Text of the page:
The Morrison government has recently introduced a range of measures designed to prevent illegal phoenixing activities. The Corporations Act 2001 (Australia’s major legislation for companies) has been amended accordingly.
The amendments were passed by federal parliament in February 2020, and a one-year transitional period applies. The new changes came into effect on 18 February 2021.
What is illegal phoenixing?
Illegal phoenixing gets its name from a bird in Greek mythology and the associated expression ‘to rise like a phoenix from the ashes’. The expression has evolved to mean ‘emerging from a disaster in a different form’.
In the corporate context, illegal phoenixing is where a new company is created by directors in order to continue the trading of their company when it has been wound up, to avoid paying its debts. Those debts could be to staff, creditors and/or the Australian Taxation Office.
How will the amendment help to prevent illegal phoenixing?
Two provisions of the amendment are intended to help prevent illegal phoenixing.
Firstly, one provision will close a loophole in Australia’s Corporations Act that enabled unscrupulous directors to avoid taking responsibility for company failures. They could do this by backdating their resignations so they weren’t perceived as being directors when the company failed.
The amended legislation now requires directors to formally lodge their written resignations with the Australian Securities and Investments Commission (ASIC), Australia’s corporate regulator, within 28 days of resigning.
If this requirement is not met, the date of resignation will be deemed as the date the written resignation is lodged with ASIC. A late fee will also apply for late lodgement.
Secondly, the amended legislation also includes a provision that directors are not able to resign if their resignation would leave their company with no director, unless the company is in the process of being formally wound up and will not continue trading. This closes another loophole that previously existed.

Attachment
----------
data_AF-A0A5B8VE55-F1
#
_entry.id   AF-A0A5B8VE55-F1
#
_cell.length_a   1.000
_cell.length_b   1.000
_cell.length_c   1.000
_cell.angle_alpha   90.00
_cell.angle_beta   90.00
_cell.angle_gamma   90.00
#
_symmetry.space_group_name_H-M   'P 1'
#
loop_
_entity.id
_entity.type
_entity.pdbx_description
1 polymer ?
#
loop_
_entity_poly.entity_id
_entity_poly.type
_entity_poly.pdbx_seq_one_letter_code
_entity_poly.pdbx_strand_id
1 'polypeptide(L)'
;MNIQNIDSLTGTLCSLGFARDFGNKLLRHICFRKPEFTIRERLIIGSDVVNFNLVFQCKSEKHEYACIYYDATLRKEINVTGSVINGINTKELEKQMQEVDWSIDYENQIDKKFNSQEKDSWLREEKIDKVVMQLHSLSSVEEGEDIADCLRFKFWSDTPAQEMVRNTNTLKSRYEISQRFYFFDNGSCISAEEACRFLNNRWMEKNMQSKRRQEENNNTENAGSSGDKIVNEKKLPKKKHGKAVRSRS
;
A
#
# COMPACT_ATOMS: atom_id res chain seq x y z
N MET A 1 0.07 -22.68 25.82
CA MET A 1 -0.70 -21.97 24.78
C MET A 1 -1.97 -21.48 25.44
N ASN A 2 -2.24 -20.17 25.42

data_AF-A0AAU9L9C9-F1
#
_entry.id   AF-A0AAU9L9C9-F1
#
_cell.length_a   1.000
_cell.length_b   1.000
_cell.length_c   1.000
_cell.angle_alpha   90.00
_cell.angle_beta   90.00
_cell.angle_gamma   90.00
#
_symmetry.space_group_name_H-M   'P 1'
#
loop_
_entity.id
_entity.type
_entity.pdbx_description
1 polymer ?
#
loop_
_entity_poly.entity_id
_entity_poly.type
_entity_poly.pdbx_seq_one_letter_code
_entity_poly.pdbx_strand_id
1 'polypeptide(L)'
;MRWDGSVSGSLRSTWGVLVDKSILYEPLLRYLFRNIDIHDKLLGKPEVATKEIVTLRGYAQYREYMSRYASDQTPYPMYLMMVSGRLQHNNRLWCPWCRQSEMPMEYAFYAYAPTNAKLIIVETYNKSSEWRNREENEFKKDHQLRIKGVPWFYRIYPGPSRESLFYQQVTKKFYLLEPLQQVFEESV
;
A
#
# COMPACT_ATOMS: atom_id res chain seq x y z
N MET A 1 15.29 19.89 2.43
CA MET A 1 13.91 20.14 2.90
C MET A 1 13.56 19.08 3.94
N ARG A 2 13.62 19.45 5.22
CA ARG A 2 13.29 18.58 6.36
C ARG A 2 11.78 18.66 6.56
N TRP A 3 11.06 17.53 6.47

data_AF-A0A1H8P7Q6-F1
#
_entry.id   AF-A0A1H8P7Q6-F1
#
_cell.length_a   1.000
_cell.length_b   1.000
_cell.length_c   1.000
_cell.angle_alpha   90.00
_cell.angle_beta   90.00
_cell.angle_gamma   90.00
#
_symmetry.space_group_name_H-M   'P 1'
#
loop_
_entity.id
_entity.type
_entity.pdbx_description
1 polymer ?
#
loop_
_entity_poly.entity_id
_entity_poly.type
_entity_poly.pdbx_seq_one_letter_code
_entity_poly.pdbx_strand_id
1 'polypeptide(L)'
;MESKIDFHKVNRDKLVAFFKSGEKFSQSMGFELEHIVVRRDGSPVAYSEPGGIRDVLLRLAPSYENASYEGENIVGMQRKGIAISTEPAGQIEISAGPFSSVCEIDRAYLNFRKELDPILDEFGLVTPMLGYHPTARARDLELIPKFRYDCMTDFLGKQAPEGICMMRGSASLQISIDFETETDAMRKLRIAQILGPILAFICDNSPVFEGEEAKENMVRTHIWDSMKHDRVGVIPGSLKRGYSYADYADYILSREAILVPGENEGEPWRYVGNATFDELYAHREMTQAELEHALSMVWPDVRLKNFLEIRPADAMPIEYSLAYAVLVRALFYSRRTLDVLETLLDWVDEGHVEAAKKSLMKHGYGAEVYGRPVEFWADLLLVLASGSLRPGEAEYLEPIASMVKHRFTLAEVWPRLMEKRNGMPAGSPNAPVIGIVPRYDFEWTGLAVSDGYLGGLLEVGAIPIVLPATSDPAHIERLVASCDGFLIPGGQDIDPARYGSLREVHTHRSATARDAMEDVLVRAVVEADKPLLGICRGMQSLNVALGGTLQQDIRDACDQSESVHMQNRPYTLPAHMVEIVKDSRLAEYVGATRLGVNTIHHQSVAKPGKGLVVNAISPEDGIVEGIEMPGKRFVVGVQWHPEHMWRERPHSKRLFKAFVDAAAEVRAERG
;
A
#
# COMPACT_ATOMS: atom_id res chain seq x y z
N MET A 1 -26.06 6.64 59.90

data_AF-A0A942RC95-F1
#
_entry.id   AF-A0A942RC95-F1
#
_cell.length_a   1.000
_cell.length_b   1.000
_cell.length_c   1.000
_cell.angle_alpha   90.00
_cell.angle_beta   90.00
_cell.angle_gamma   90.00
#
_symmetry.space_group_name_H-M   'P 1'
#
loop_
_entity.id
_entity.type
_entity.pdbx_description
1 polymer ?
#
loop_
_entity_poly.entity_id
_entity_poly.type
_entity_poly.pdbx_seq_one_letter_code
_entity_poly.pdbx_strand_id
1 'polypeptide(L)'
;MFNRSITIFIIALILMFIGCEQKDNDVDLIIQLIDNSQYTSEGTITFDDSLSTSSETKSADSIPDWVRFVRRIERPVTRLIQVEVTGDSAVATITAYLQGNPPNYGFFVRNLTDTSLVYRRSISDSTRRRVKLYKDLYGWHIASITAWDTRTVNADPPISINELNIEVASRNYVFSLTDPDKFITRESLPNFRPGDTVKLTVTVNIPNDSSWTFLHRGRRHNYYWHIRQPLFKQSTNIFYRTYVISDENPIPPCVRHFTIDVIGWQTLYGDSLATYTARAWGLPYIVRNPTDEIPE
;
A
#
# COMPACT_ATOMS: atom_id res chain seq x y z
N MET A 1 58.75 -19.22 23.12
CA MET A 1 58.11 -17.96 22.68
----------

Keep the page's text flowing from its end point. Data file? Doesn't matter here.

How to resign as a company director
If you need to resign as a company director, you can do it in one of two ways:
- Your company can complete Form 484 online at ASIC’s website on your behalf. The person lodging will need to use your company’s corporate key to do this (a unique 8-digit number).
- You can do it yourself by downloading Form 370 from ASIC’s website, completing it, and posting it to ASIC. You will not need your company’s corporate key to do this. A copy of your resignation letter must be submitted with the form.
Are there any other legislative changes I should know about as a company director?
This change to director resignation requirements is in addition to the director identification number scheme that has been legislated to commence soon.
How we can help
Contact us if you need any advice on how these legislative changes will affect you as a company director and/or your business.
Our experienced team of specialists in Richmond can also help with any other business accounting or tax services you may require. We are a full-service accounting firm and can tailor our services to suit your specific needs.